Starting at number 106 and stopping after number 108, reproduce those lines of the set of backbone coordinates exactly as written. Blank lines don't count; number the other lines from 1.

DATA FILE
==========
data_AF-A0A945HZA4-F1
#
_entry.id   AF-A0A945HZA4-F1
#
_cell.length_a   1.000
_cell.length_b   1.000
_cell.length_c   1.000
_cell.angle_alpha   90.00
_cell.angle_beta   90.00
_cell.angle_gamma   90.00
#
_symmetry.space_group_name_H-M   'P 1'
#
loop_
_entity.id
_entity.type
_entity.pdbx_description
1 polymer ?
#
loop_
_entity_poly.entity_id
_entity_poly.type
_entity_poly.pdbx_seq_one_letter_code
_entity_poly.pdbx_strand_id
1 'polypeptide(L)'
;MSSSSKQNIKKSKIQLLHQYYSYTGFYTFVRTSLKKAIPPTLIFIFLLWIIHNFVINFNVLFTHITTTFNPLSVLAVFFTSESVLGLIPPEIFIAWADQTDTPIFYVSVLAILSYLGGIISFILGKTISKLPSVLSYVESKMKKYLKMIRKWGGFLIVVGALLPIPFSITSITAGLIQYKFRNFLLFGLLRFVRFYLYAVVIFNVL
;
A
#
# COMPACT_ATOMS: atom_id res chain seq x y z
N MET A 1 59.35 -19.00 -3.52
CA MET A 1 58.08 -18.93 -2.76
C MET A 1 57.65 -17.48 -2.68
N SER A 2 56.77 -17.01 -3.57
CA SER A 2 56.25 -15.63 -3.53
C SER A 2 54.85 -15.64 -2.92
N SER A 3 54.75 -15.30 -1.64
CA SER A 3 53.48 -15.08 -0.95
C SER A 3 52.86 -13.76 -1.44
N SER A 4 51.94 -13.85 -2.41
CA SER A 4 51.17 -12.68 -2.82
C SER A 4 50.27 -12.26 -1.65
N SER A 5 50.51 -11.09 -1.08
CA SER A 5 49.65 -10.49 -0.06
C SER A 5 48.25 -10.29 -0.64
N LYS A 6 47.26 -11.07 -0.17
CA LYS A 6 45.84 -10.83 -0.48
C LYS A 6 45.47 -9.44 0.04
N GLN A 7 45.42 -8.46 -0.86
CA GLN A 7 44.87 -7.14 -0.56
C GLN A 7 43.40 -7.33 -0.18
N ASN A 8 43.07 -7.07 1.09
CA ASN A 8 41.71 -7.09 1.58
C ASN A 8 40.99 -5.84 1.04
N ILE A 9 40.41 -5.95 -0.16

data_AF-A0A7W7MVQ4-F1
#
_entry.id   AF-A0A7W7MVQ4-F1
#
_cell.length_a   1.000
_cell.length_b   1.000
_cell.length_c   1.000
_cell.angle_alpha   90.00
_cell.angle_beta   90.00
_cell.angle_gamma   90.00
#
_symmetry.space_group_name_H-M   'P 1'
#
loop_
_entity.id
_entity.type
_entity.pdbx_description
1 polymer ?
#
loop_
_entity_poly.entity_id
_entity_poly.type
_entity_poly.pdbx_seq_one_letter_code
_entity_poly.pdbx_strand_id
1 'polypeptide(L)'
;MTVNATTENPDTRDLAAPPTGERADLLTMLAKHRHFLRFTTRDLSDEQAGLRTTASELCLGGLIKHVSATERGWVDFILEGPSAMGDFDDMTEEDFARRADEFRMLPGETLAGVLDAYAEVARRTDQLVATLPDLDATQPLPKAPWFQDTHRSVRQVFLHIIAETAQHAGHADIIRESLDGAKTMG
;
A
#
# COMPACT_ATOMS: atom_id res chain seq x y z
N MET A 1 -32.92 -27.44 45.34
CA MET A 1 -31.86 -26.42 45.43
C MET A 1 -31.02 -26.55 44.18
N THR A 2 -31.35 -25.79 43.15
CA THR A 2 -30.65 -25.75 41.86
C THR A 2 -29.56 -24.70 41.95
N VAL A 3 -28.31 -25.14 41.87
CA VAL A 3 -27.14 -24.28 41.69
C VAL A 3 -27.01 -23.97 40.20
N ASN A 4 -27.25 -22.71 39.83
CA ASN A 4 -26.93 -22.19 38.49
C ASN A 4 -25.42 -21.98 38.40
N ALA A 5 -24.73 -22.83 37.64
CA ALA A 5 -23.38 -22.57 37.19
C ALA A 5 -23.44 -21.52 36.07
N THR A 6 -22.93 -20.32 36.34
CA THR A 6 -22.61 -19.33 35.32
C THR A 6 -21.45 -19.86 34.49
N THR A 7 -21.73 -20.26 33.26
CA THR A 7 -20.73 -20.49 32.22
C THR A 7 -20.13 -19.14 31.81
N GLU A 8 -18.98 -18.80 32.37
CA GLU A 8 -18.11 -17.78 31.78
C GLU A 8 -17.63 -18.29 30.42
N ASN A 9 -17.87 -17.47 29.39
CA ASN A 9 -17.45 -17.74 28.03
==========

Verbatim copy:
C THR A 7 -20.13 -19.14 31.81
N GLU A 8 -18.98 -18.80 32.37
CA GLU A 8 -18.11 -17.78 31.78